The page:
A participatory video workshop organized by MELCA and funded by the Gaia Foundation in collaboration with the European Commission (EC) was held at MELCA’s Bale project area from 23-27 Sep. 2013.
Participatory video is a form of participatory media in which members of a community create their own film.
The idea behind this is that making a video is easy and accessible, and is a great way of bringing people together to explore issues, voice concerns or simply to tell stories in a creative and attractive way. The PV process, if applied effectively, can be very empowering-enabling a group or community to take their own action to solve their own problems. It also enables them to communicate their needs and ideas to decision-makers and/or other groups and communities.
A Participatory Video carried out in an effective way becomes a powerful means of documenting local people’s experiences, needs and hopes from their own perspectives. It initiates a process of analysis and change that celebrates local knowledge and practice, whilst stimulating creativity both within and beyond the community. Further more, PV gives a voice and a face to those who are normally not heard or seen, even in participatory programs.
Participants of the PV training at Bale were information documentation and communication practitioners in government communication offices at the various levels, and schoolteachers in charge of coordinating school mini-medias. These participants, though they are supposed to record, document and disseminate through the various media different events and information in the community and schools, are not trained in camera shooting and have no adequate skills of using video and photo cameras as well as basic editing knowledge. So the training was meant to build the capacity of these participants on the use of photo and video cameras to capture, document and disseminate various events and other information. They are also trained on basic video editing skills they may apply during documentations.
Getting acquainted with the basic interfaces and applications of a video camera, basic camera shooting skills such as framing the object and avoiding chopping offs, controlling balance of light, avoiding shocks during recording, voice audibility and avoiding unnecessary background sound were among the fundamental introductory courses given to the participants.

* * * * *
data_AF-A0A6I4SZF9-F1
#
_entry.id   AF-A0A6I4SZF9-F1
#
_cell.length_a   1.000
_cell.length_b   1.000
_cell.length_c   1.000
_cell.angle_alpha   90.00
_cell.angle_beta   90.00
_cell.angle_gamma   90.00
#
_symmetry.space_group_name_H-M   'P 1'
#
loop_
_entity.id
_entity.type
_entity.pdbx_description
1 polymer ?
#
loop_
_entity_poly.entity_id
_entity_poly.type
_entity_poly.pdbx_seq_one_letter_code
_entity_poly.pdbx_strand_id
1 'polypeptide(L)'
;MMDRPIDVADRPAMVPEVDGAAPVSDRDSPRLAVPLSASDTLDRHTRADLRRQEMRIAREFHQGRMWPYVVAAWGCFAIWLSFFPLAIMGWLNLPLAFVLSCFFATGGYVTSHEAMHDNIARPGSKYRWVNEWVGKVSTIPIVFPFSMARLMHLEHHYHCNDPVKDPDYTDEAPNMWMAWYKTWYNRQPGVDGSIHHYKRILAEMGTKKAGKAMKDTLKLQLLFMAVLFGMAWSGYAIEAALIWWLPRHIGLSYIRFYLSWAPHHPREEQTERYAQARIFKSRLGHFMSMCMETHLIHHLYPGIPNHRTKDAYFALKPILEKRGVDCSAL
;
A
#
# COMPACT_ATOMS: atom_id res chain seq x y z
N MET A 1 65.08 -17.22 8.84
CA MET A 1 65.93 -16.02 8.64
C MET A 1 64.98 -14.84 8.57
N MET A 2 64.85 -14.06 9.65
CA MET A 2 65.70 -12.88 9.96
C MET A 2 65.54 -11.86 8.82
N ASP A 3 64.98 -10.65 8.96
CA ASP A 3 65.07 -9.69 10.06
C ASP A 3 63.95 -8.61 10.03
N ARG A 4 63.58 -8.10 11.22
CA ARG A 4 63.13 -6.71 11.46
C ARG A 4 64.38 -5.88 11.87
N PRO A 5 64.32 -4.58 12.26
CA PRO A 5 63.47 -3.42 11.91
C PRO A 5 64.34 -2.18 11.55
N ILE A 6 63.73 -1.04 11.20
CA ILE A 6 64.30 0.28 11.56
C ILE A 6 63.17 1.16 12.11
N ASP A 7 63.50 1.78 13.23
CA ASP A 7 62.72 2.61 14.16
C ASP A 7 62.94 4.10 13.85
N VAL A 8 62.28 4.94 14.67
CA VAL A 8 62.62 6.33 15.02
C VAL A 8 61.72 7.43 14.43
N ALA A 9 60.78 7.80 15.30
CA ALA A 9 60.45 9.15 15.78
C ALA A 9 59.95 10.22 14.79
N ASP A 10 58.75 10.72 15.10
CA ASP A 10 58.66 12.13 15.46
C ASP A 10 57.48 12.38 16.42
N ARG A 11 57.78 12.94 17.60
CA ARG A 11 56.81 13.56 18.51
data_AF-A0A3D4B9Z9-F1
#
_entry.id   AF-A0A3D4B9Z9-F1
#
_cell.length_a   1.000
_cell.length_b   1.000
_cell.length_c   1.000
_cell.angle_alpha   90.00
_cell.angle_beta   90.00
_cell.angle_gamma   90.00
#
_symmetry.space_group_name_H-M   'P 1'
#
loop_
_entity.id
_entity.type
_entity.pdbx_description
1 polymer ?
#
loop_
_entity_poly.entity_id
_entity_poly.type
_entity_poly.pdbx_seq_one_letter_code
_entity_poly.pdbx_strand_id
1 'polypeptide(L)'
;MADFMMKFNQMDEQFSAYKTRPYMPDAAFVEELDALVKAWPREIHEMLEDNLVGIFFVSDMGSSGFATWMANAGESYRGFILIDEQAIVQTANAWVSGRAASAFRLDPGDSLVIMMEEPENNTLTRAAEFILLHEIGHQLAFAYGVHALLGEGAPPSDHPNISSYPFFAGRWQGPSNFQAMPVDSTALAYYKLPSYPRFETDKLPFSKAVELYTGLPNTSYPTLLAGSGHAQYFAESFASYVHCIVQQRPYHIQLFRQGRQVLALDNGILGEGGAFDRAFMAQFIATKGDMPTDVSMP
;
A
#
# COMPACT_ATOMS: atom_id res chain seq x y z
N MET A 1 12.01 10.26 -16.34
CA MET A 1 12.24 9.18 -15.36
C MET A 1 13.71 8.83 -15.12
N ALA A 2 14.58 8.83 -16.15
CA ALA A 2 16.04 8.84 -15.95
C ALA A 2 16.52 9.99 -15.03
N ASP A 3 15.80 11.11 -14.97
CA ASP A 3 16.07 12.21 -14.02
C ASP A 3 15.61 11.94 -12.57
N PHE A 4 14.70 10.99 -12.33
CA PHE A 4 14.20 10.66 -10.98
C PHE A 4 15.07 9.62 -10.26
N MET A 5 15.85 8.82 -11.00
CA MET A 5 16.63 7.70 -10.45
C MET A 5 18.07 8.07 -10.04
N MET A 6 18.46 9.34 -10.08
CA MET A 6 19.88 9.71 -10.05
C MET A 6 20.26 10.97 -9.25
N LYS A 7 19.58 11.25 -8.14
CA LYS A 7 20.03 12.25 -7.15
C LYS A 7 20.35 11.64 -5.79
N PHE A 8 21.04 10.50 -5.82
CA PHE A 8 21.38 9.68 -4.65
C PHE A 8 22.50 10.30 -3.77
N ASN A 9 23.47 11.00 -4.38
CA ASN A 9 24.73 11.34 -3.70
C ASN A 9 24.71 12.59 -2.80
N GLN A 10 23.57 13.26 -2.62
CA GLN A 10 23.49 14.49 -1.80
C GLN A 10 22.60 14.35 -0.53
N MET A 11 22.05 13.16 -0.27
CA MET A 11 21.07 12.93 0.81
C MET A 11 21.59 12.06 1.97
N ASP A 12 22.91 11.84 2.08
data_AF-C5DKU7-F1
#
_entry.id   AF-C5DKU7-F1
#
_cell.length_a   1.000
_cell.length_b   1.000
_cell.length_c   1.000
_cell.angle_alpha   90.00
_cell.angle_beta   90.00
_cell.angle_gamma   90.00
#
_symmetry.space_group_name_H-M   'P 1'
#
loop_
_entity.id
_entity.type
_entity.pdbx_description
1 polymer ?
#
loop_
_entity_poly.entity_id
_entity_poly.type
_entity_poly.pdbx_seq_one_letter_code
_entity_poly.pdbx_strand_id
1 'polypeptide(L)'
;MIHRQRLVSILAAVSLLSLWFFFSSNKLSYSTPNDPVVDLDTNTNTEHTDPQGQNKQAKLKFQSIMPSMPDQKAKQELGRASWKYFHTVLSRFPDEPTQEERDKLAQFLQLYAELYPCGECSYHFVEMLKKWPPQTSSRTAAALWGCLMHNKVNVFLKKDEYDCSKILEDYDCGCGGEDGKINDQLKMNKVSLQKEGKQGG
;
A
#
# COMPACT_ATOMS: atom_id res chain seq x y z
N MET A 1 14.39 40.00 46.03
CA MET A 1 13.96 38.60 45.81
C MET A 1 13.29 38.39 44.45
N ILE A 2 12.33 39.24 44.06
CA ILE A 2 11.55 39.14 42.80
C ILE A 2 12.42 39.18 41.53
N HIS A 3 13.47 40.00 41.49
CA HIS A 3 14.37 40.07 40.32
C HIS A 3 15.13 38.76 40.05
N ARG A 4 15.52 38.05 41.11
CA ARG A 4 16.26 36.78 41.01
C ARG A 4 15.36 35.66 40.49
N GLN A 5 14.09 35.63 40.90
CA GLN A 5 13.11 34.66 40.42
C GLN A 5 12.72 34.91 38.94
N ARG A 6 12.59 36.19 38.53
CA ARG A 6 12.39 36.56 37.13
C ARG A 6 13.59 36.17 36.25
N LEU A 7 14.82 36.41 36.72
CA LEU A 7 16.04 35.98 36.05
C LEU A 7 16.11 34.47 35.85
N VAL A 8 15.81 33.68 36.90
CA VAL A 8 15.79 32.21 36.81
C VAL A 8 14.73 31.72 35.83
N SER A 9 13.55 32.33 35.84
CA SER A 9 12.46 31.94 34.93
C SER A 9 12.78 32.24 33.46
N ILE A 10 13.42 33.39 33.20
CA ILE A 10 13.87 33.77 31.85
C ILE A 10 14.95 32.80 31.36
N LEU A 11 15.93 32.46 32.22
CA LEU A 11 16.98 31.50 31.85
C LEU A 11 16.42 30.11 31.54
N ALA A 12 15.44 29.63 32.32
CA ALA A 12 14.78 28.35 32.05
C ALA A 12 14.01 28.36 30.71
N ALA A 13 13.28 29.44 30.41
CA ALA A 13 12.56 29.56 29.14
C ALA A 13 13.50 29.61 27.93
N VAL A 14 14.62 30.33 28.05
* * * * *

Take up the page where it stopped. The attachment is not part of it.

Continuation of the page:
On top of that, the participants were introduced to the various types of shots such as wide, long, close up, extreme close up …etc as well as the various shooting angles. Then the trainees were given cameras per group to let them practice the various types of shots and shooting angles on any object they are interested in. This was then followed by the screening of each of the shots by the trainees to be commented on to let them learn from their strong sides and weaknesses.
Planning a film and making storyboards were also the other aspects of the training. They were allowed to practice, in groups, to make a film story of up to five minutes and they put same on storyboard before going out for the actual shots. Then each of the group went out to the sites they are interested in filming and recorded a film story that lasts up to 5 minutes as per the storyboard they made.
The PV process was also accompanied by an introduction to basic film editing skills and how to put different footages together to make a full story.
Finally, the participants chose a theme entitled “Nature and Culture of Goba zone in Bale” for their final film making project to thoroughly practice the basic skills of camera shooting they got during the three days training.
Then the participants were split in to two groups-one group to film the nature aspect of Goba zone and the other to film the culture part.
After almost two half days of film shooting in the field the groups came back with all the footages they collected and started to be engaged in assembling the various footages through editing to make a full film story. Then the nature and culture part of the film, which were collected and edited by the respective group were assembled together to make one full film of two parts.
Finally, at the end of the fourth day, a 25-minute film describing the nature and culture of Goba zone in Bale was produced by the trainees and screened at the wrapping up stage of the training.
A total of 20 participants comprising of information and documentation practitioners in government communication offices at kebele, woreda and zonal levels as well as teachers in charge of coordinating mini-media services in secondary and junior secondary schools in the project areas have attended the training.
In the feedback they gave at the end of the training, almost all the trainees expressed that they have acquired the basic filming and editing skills that they need to make short documentary and news story films in their respective communities. The only shortcoming of the training, as stated by the trainees, was a shortage of time to learn all the details of shooting a good footage and editing to put all the footages in a meaningful and attractive order.